Try these tips below to help relieve some of the anxiety and fear of failure that we experience when we set extremely high expectations and judge our worth based on accomplishing these goals. 

 

Acknowledging We Did Not Create this Culture Ourselves

Society places extreme pressure on us to achieve. We live in a society where individual success functions on a “survival of the fittest” culture. Making mistakes is viewed as failing instead of as opportunities to learn and grow. As a society, the interest to achieve perfectionism can lead to the belief that “the better I do, the better I’m expected to do” by others (Benson, 18). When we acknowledge that we did not create this culture, we can relieve ourselves of the blame of attempting to live a completely idealistic lifestyle. Identifying this societal standard can also normalize the perfectionist mentality and reduce feelings of isolation and beliefs that I am the only one who experiences this pressure.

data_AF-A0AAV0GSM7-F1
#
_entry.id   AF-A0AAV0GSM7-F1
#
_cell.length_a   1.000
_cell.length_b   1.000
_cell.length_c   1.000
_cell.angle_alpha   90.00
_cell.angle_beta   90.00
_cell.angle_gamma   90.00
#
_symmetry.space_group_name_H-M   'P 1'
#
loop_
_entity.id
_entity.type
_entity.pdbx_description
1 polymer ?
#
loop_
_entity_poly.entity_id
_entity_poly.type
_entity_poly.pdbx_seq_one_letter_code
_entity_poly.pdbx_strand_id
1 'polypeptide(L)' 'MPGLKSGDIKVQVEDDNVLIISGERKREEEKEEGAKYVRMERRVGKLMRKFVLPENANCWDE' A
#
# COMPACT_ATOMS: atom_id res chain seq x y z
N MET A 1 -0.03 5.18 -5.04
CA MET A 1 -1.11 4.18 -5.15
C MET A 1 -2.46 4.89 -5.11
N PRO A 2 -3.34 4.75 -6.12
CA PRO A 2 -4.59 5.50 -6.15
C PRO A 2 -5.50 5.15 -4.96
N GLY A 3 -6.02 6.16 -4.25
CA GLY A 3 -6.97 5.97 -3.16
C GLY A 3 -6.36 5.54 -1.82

Identify our Contrasting Values

Perfectionism may sound wonderful on the surface, but often contrasts with our interest in growing, learning, and continuing to set new goals. If we achieve perfection in every aspect of our life, we likely will experience boredom and a level of dissatisfaction because our desire to compete  and find new things to learn will be compromised. Living a perfect life in all realms will result in a lack of space to grow or develop. This is an opportunity to acknowledge our imperfections as not faults but as part of our humanity. Identifying our contrasting values also allows us to acknowledge the cliche yet real experience that we often learn more from our mistakes than our successes.